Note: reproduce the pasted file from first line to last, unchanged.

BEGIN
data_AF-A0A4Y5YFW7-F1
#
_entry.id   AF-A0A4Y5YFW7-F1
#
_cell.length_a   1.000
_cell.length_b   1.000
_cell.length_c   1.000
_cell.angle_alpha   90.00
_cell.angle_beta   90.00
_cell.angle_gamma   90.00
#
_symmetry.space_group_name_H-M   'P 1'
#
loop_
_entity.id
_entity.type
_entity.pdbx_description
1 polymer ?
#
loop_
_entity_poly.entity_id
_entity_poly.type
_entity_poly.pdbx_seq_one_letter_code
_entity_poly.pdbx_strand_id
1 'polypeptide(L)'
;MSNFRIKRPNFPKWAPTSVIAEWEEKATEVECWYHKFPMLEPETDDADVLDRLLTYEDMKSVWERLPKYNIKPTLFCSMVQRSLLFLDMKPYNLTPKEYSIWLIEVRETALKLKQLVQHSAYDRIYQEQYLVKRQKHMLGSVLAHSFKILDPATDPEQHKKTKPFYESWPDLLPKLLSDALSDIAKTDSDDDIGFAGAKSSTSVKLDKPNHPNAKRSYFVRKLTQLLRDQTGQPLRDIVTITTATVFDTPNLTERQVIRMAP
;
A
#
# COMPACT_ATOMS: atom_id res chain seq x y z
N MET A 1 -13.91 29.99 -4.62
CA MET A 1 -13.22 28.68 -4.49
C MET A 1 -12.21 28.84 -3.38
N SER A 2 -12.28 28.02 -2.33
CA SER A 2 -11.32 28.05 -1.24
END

data_AF-A0A4Y5YFW7-F1
#
_entry.id   AF-A0A4Y5YFW7-F1
#
_cell.length_a   1.000
_cell.length_b   1.000
_cell.length_c   1.000
_cell.angle_alpha   90.00
_cell.angle_beta   90.00
_cell.angle_gamma   90.00
#
_symmetry.space_group_name_H-M   'P 1'
#
loop_
_entity.id
_entity.type
_entity.pdbx_description
1 polymer ?
#
loop_
_entity_poly.entity_id
_entity_poly.type
_entity_poly.pdbx_seq_one_letter_code
_entity_poly.pdbx_strand_id
1 'polypeptide(L)'
;MSNFRIKRPNFPKWAPTSVIAEWEEKATEVECWYHKFPMLEPETDDADVLDRLLTYEDMKSVWERLPKYNIKPTLFCSMVQRSLLFLDMKPYNLTPKEYSIWLIEVRETALKLKQLVQHSAYDRIYQEQYLVKRQKHMLGSVLAHSFKILDPATDPEQHKKTKPFYESWPDLLPKLLSDALSDIAKTDSDDDIGFAGAKSSTSVKLDKPNHPNAKRSYFVRKLTQLLRDQTGQPLRDIVTITTATVFDTPNLTERQVIRMAP
;
A
#
# COMPACT_ATOMS: atom_id res chain seq x y z
N MET A 1 -13.91 29.99 -4.62
CA MET A 1 -13.22 28.68 -4.49
C MET A 1 -12.21 28.84 -3.38
N SER A 2 -12.28 28.02 -2.33
CA SER A 2 -11.32 28.05 -1.24